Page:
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The Uses of Poverty: The Poor Pay All

By euromix890 Nov 11, 2009 1204 Words
In the article entitled "The Uses of Poverty: The Poor Pay All," sociologist Herbert J. Gans discusses the strange alliance between the poor and the wealthy in American society. He states that the underprivileged in essence have kept several vocations in existence such as social work, criminology, and journalism. These vocations serve the double pretense of aiding the less fortunate and protecting society from these same individuals. He compares his analogy with that of Richard K. Merton. "Robert K. Merton applied the notion of the functional analysis to explain the continuing though maligned existence of the urban political machine: if it continues to exist, perhaps it fulfilled latent - unintended or unrecognized - positive function" (Gans 1). Mr. Merton's reasoning was that the political machine continued to exist because it served several positive functions in society.

Mr. Gans applies this same logic to the existence of poverty in a society that had so much material wealth and concluded that poverty had 13 functions in society that was beneficial to non-poor members. "Merton defined functions as "those observed consequences [of a phenomenon] which make for the adaptation or adjustment of a given [social] system" (Gans 1). Though Gans and Marton have similar ideas about poverty their ideas also differ in how they view functions. "I shall use a slightly different definition; instead of identifying functions for an entire social system, I shall identify them for the interest groups, socio-economic classes, and other population aggregates with shared values that 'inhabit' a social system" (Gans 1). These functions include: making sure that the menial work tasks of society will be taken care of, the creation of jobs that provide aid for the poor, and the existence of the poor keeps the aristocracy busy with charitable works, thus demonstrating charity to the less fortunate and superiority over the elites who chose to spend their free time making more money. He also give several alternatives to poverty such as redistribution of the wealth in society, putting everyone on a more even playing field, but ultimately concluded that poverty will continue to exist because disturbing the unequal balance between the poor and the wealthy in society would prove to be dysfunctional for the affluent and that will not happen. "Associating poverty with positive functions seems at a first glance to be unimaginable. Of course, the slumlord and the loan shark are commonly known to profit from the existence of poverty, but they are viewed as evil men, so their activities are classified among the dysfunctions of poverty" (Gans 1). It seems, and it is less often recognized that poverty makes respectable professions and occupations possible. "The poor have provided jobs for professional and para-professional "poverty warriors", and for journalists and social scientists, who have supplied the information demanded by the revival of public interest in poverty" (Gans 1).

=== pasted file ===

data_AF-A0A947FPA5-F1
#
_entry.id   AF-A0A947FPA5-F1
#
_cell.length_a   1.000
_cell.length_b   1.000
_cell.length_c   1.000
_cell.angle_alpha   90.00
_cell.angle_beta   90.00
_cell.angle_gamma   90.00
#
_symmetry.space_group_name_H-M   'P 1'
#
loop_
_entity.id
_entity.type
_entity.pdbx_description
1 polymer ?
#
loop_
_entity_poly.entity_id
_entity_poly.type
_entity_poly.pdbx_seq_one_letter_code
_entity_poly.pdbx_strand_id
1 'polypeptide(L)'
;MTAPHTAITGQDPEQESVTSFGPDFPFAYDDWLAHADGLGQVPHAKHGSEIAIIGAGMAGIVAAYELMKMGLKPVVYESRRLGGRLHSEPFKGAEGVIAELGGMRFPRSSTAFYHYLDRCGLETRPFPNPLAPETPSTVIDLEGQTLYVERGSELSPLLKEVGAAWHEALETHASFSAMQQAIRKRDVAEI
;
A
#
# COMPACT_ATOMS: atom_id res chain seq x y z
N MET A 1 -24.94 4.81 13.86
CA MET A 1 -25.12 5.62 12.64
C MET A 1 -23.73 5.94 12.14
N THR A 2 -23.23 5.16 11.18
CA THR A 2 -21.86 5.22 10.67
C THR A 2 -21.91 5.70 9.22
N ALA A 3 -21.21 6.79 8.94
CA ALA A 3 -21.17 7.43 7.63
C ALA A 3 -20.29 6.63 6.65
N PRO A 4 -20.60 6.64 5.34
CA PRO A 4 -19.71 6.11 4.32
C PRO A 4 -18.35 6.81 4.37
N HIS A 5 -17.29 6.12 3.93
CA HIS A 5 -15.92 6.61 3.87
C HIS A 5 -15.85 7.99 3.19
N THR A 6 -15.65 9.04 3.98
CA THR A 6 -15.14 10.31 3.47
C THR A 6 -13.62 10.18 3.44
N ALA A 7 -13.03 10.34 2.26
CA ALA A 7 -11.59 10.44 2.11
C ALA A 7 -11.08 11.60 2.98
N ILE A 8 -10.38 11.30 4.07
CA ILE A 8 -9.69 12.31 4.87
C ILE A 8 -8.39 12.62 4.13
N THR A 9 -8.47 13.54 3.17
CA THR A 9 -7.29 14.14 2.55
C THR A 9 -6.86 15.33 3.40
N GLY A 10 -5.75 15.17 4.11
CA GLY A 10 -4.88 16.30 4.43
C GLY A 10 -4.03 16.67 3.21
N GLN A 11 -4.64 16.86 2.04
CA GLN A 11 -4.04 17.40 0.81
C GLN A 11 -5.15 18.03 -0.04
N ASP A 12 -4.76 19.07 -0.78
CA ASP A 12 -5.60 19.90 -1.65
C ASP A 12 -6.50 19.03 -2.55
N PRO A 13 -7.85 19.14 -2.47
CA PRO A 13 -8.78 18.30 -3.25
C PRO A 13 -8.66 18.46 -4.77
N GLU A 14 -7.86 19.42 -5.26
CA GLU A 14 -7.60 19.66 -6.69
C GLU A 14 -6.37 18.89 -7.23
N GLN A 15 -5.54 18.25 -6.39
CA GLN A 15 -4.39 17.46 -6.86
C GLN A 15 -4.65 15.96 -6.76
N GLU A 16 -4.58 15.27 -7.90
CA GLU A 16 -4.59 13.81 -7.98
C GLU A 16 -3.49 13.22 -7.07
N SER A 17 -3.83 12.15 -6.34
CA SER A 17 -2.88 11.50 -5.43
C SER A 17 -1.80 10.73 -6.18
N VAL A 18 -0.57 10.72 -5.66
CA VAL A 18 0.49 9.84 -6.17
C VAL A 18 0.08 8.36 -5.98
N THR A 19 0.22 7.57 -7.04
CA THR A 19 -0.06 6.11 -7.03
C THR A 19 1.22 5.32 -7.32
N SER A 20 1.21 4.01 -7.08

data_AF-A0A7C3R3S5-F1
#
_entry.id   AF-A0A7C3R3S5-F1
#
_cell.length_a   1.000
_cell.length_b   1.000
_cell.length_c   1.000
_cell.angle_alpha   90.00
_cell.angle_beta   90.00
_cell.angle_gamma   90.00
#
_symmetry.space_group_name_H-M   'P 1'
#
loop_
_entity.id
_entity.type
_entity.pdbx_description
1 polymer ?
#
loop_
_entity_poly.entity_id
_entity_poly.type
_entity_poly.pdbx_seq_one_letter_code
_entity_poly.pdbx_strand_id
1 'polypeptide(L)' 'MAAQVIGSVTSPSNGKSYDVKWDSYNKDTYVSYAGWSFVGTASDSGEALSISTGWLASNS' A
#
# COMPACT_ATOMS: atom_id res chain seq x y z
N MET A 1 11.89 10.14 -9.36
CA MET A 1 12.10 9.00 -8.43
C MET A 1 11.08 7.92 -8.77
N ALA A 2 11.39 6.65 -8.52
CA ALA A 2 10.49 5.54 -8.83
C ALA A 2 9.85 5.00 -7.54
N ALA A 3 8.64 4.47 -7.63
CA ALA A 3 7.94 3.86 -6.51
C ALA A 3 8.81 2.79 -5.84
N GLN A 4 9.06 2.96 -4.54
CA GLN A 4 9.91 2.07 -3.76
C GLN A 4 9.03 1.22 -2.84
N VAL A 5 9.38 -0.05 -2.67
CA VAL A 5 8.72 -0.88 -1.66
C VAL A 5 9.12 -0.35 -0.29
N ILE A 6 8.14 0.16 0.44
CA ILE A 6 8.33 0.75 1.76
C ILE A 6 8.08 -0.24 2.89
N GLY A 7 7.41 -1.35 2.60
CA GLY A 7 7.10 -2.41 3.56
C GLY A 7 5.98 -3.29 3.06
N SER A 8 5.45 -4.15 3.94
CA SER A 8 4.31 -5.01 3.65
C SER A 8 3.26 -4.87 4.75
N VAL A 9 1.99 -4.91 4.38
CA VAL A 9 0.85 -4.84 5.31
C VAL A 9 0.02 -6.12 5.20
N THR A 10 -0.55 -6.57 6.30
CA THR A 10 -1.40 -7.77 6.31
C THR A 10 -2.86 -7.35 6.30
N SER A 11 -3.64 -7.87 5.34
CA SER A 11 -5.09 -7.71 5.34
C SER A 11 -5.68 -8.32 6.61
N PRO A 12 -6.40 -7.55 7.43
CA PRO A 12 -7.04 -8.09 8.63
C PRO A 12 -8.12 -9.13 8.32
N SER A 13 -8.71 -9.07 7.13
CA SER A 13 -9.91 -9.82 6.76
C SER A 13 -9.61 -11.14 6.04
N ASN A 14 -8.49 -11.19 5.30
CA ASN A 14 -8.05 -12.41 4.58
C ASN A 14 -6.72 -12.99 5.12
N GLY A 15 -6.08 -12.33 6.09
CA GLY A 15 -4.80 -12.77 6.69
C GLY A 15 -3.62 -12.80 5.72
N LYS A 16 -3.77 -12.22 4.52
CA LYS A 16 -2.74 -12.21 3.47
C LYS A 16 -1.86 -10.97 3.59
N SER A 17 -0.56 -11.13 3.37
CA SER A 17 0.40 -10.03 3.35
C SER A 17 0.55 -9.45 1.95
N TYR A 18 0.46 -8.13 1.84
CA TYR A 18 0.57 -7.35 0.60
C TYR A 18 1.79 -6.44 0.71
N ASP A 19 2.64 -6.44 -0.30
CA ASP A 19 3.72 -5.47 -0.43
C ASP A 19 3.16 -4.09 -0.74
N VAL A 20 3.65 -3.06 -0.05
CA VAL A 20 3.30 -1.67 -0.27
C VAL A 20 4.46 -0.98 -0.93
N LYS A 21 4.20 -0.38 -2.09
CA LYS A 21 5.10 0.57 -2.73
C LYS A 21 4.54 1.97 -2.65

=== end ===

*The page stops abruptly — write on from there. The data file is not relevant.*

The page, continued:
In the article, Gans points out that the existence of poverty ensures that society's "dirty work" will be done. "Every society has such work; physically dirty or dangerous, temporary, dead-end and underpaid, undignified, and menial jobs. Society can fill these jobs by paying higher wages than for "clean" work, or it can forge people who have no other choice to do dirty work - and at low wages" (Gans 1). In America, poverty functions provide a low wage labor pool that is willing to perform the dirty work at a low cost. In other words, these people are working for a low wage simply because they have to and they have no other choice. People that are going through poverty also do not have any other way to make many and support their families. "Dirty work" almost refers to jobs that wealthy people would never go near, for example, cleaning house, etc. Our society is made up of "dirty jobs" that only the poor population would perform. "Many economic activities that involve dirty work depend on the poor for their existence: restaurants, hospitals, parts of the garment industry, and "truck farming," among others, could not persist in their present form without the poor" (Gans 1).